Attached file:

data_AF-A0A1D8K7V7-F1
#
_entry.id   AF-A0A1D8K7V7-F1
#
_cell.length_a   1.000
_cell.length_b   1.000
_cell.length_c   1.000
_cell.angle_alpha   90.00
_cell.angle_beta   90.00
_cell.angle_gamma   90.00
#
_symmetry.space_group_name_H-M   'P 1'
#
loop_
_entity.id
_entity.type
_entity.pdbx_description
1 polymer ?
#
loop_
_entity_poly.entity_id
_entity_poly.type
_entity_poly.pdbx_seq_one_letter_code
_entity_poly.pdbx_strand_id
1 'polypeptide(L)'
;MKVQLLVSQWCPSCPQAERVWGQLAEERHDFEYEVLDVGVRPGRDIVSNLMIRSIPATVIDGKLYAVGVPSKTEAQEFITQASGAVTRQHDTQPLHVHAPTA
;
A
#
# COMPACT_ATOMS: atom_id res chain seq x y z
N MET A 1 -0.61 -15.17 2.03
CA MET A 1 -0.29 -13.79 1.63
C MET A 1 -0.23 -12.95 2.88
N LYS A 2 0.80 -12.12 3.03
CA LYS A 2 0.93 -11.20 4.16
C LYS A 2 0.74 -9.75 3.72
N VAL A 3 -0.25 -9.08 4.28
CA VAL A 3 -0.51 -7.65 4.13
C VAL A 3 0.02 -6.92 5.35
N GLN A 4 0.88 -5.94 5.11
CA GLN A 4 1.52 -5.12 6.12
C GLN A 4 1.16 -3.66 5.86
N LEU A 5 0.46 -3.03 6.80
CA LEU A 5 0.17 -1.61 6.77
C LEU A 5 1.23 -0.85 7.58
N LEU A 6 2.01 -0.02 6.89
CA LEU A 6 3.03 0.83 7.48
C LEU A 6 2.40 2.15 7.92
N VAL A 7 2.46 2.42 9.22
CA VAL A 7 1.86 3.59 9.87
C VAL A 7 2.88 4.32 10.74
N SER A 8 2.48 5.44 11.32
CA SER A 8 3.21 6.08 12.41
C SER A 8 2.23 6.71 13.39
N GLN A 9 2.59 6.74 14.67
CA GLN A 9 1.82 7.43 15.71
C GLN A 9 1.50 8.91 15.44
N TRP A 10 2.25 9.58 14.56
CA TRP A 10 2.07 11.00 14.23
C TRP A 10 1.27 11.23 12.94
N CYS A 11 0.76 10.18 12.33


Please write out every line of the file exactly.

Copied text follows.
data_AF-A0A1D8K7V7-F1
#
_entry.id   AF-A0A1D8K7V7-F1
#
_cell.length_a   1.000
_cell.length_b   1.000
_cell.length_c   1.000
_cell.angle_alpha   90.00
_cell.angle_beta   90.00
_cell.angle_gamma   90.00
#
_symmetry.space_group_name_H-M   'P 1'
#
loop_
_entity.id
_entity.type
_entity.pdbx_description
1 polymer ?
#
loop_
_entity_poly.entity_id
_entity_poly.type
_entity_poly.pdbx_seq_one_letter_code
_entity_poly.pdbx_strand_id
1 'polypeptide(L)'
;MKVQLLVSQWCPSCPQAERVWGQLAEERHDFEYEVLDVGVRPGRDIVSNLMIRSIPATVIDGKLYAVGVPSKTEAQEFITQASGAVTRQHDTQPLHVHAPTA
;
A
#
# COMPACT_ATOMS: atom_id res chain seq x y z
N MET A 1 -0.61 -15.17 2.03
CA MET A 1 -0.29 -13.79 1.63
C MET A 1 -0.23 -12.95 2.88
N LYS A 2 0.80 -12.12 3.03
CA LYS A 2 0.93 -11.20 4.16
C LYS A 2 0.74 -9.75 3.72
N VAL A 3 -0.25 -9.08 4.28
CA VAL A 3 -0.51 -7.65 4.13
C VAL A 3 0.02 -6.92 5.35
N GLN A 4 0.88 -5.94 5.11
CA GLN A 4 1.52 -5.12 6.12
C GLN A 4 1.16 -3.66 5.86
N LEU A 5 0.46 -3.03 6.80
CA LEU A 5 0.17 -1.61 6.77
C LEU A 5 1.23 -0.85 7.58
N LEU A 6 2.01 -0.02 6.89
CA LEU A 6 3.03 0.83 7.48
C LEU A 6 2.40 2.15 7.92
N VAL A 7 2.46 2.42 9.22
CA VAL A 7 1.86 3.59 9.87
C VAL A 7 2.88 4.32 10.74
N SER A 8 2.48 5.44 11.32
CA SER A 8 3.21 6.08 12.41
C SER A 8 2.23 6.71 13.39
N GLN A 9 2.59 6.74 14.67
CA GLN A 9 1.82 7.43 15.71
C GLN A 9 1.50 8.91 15.44
N TRP A 10 2.25 9.58 14.56
CA TRP A 10 2.07 11.00 14.23
C TRP A 10 1.27 11.23 12.94
N CYS A 11 0.76 10.18 12.33